Music review: Abyssinan Mass – Jazz at Lincoln Center Orchestra with Wynton Marsalis, Barbican
Sixty-strong choir lifts Marsalis’s journey through jazz history
�Wynton Marsalis’s Jazz at Lincoln Center Orchestra is a formidable beast and surely one of the tightest ensembles around.
Having held a Barbican residency a couple of years ago, it returned as part of the all-encompassing Cultural Olympiad – following the like of Blanchett and Bond as another big name draw in the centre’s super-charged 2012 programme.
The second in a series of four collaborations, which also saw the orchestra share the Barbican stage with the London Symphony Orchesta, the Mass had Marsalis’s troops joined by the 60-voice Barbican Mass Choir.
Composed by Marsalis, the work is supposed to be something of a journey through jazz history, and to this end we have swing, blues, hard bop, modal and even Latin passages.
You may also want to watch:
While it certainly covers a fair bit of ground, it’s very much Marsalis’s famously purist version of events; there are certainly no forays into Ornette Coleman-esque freewheeling.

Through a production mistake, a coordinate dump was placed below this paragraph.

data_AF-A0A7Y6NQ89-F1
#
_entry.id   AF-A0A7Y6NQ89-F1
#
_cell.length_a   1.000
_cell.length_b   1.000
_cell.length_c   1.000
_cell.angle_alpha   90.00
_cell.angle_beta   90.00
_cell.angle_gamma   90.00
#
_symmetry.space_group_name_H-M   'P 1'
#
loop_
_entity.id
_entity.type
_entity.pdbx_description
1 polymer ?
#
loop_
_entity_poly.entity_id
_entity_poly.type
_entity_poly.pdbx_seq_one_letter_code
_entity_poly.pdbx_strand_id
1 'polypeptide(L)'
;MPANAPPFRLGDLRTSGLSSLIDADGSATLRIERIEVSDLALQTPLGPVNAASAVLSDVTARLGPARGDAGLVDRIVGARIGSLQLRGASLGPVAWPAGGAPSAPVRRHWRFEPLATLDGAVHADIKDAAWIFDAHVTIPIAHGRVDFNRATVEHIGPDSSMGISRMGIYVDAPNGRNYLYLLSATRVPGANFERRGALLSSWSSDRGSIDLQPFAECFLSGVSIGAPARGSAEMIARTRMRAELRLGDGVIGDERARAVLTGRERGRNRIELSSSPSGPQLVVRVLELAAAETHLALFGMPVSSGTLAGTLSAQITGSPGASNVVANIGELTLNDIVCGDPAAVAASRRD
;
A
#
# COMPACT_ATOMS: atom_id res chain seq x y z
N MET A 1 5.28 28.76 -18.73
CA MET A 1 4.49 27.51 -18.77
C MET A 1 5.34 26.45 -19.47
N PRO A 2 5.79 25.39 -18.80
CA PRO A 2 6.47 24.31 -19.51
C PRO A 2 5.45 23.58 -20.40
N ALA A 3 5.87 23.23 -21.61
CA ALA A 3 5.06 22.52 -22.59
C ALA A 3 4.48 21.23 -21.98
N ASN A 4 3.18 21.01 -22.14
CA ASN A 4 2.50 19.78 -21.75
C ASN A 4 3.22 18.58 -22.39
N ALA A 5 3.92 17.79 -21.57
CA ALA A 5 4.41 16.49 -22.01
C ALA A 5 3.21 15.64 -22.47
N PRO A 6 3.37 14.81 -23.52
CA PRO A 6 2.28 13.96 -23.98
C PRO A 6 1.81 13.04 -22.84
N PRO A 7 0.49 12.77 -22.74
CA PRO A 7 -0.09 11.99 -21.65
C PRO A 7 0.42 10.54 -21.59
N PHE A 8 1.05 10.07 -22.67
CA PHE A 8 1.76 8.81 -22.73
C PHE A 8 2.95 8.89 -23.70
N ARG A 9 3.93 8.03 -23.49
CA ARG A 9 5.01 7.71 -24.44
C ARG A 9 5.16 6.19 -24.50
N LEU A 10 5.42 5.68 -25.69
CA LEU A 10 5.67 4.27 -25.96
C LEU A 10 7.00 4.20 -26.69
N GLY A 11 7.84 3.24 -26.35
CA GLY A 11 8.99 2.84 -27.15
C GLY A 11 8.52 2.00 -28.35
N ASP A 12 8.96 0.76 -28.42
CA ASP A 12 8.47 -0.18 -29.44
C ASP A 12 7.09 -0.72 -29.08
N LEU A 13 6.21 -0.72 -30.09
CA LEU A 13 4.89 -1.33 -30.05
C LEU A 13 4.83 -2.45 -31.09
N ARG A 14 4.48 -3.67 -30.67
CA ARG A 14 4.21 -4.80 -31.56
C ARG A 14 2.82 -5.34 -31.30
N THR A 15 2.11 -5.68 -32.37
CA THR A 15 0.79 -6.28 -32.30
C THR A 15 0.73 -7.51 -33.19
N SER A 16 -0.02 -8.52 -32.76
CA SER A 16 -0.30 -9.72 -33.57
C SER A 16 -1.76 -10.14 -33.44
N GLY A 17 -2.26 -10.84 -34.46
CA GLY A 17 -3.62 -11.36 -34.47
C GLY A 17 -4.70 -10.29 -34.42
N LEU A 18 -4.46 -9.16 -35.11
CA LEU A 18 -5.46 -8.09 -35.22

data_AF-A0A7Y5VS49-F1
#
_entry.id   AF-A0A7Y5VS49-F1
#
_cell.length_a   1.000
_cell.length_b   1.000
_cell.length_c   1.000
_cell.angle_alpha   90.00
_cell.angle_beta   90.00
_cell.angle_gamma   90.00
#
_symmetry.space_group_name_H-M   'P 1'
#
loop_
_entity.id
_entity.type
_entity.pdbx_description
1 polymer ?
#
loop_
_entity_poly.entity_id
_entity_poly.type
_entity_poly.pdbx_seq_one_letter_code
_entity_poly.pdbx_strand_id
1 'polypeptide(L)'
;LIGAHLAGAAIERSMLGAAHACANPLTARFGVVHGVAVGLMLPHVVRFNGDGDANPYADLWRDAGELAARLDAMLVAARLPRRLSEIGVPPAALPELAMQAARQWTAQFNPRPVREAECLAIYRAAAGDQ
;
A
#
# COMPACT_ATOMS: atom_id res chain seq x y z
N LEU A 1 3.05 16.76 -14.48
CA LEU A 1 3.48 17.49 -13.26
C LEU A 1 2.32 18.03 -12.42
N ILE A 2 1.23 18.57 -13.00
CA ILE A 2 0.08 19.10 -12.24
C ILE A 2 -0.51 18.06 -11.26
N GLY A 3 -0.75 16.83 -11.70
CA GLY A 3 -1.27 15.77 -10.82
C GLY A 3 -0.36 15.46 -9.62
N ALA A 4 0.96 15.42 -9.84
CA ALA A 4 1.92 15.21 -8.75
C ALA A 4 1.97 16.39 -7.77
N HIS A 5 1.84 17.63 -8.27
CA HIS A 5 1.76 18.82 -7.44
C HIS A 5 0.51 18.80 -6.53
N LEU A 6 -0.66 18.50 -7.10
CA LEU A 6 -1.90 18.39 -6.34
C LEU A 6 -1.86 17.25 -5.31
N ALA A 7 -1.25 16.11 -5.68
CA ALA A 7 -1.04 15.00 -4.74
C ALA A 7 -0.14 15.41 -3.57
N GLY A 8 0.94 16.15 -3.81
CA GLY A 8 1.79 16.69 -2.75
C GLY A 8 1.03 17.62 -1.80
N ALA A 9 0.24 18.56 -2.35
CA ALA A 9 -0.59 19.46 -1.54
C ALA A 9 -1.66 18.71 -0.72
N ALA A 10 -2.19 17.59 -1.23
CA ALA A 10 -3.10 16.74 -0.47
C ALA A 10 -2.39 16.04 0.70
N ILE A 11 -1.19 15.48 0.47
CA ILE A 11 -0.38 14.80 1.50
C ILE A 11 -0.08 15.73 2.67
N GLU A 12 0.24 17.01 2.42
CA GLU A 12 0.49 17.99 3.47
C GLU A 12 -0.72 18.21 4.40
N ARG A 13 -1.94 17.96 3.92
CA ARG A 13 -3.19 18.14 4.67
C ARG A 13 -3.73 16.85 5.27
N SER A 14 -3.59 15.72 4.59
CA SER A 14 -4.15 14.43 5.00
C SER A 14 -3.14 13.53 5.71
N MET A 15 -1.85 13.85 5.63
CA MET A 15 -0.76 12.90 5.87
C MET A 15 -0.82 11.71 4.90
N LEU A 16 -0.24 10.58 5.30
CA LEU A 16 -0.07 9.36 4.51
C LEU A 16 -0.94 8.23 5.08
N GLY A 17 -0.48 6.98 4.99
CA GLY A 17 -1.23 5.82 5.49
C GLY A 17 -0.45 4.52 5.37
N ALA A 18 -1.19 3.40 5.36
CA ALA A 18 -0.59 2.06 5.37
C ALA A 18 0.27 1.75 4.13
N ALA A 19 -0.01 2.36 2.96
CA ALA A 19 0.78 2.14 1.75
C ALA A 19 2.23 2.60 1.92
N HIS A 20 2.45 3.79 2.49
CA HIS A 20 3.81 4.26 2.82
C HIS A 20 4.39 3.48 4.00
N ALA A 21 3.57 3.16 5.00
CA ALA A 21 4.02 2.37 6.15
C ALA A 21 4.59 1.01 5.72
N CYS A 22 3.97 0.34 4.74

It begins with the singers lining the aisles, a spine-tingling device that bathes the audience in sound, as simple call and response phrases ring out. It’s a bit of a shame when they move to the stage.
- 1 Man killed in 'shooting' in north London
- 2 Appeal to find four children missing from north London with father and grandmother
- 3 Letters on People Friendly Streets in St Peter's
- 4 Man killed and two injured in triple shooting
- 5 Sadiq Khan warns of flooding threat to Islington from climate emergency
- 6 Thousands of care home staff yet to be vaccinated in London
- 7 Helen Anderson: Finsbury Park murder victim's father pays tribute to his daughter
- 8 Islington kids are being 'drawn into county lines drug smuggling'
- 9 Man jailed for rape of young girl in north London 40 years ago
- 10 Police looking to speak to man in connection with sexual assault
The presence of the choir creates an exciting mix and the singers stars of the show, ensuring there’s no danger of straying into a mundane exposition of jazz styles.
The first half is especially effective, with some soaring, moving stuff from the solo vocalists. After the interval, while there are further highlights, the 15-piece orchestra at times fixates on some fairly bland melodic material.
But there’s enough here to make for a compelling evening, very much lifted by the choir’s presence.